Blessed by the ancestors, groomed with glowing skin, adorned in amazing outfits from the in-laws, accompanied by a fish with a nose ring, and panting from the sangeet party….we barreled into the main event...
Episode 6: Like in every other culture, getting ready for the big do is an elaborate affair for the bride. Bengali brides get a special kind of face painting called “chondon” – delicate paisley motif painted on the forehead using sandalwood paste. Dressed to the hilt, in jewelry handed down from generation to generation, our brides were sights to behold . This photo of my niece to showcases the chondon on her forehead. Our Bengali groom wore a dhoti which is the sari’s sibling for men. It’s a long piece of cloth that is slipped between the legs and tucked at the waist in a magical way. The joke is that if the groom feels a breeze along one leg, all is well but a breeze on both legs signals an unraveling dhoti.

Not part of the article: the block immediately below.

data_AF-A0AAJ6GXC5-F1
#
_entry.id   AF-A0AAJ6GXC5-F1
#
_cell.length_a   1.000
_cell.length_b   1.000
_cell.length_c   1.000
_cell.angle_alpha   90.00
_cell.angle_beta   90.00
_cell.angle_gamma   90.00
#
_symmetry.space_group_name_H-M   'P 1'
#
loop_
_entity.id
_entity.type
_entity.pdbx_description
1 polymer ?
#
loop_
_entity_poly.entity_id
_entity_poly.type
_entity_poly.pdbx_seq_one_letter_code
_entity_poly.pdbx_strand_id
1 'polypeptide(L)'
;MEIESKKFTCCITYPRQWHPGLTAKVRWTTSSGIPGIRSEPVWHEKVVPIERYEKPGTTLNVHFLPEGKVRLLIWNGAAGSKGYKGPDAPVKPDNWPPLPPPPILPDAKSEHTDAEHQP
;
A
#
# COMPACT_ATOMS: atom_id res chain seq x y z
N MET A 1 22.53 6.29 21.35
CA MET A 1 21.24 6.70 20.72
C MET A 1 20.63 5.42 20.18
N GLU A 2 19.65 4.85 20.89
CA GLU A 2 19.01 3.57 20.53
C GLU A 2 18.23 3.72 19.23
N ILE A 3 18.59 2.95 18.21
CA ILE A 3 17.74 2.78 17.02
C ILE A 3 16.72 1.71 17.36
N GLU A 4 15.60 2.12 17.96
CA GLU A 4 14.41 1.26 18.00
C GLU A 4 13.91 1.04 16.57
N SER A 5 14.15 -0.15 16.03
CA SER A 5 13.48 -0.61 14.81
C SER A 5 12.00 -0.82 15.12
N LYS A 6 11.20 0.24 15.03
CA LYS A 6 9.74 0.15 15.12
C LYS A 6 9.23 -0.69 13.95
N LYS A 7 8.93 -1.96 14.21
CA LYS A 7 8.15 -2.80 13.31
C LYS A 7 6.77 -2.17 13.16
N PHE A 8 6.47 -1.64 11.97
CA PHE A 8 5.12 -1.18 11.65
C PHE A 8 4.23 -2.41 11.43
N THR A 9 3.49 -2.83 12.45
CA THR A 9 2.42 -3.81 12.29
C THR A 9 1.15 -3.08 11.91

Episode 7: As the “lagan” arrived, it presented the moment when the stars were aligned in happy harmony, marking an auspicious time for the wedding rituals to commence. First the groom arrived at the mandap which is the wedding venue in a barat - a procession of his family members and friends, to the sound of drums, hollering, and hooting. Then the bride arrived with a contingent of male and female cousins to loud cheering. The very tall male cousins held a decorative cloth over her head to symbolically shield her from bad weather and bad luck. The wedding rituals began with the "first look", which is when the bride and groom see each other for the first time. When the couple has known each other for as long as our couples have, this offered a time for hilarity and mischief. The couple’s friends held up each of them so that it would make it difficult for them to exchange their garlands as they saw each other for the first time. The jovial start broke the ice between the two sides. Next came an elaborate set of rituals that tied the couple in holy matrimony in front of an eternal witness: fire. They circled the fire seven times promising to look after each other, their families, and remain faithful to God. The two sets of parents assisted the priest with the rituals. At the end of the ceremony the groom applied sindoor – vermillion – to the bride’s forehead and the groom's sister tied a scarf around the couple. These symbols of unity including the delicate headgear made from the pith of the shola tree reminded me of my own wedding from decades ago.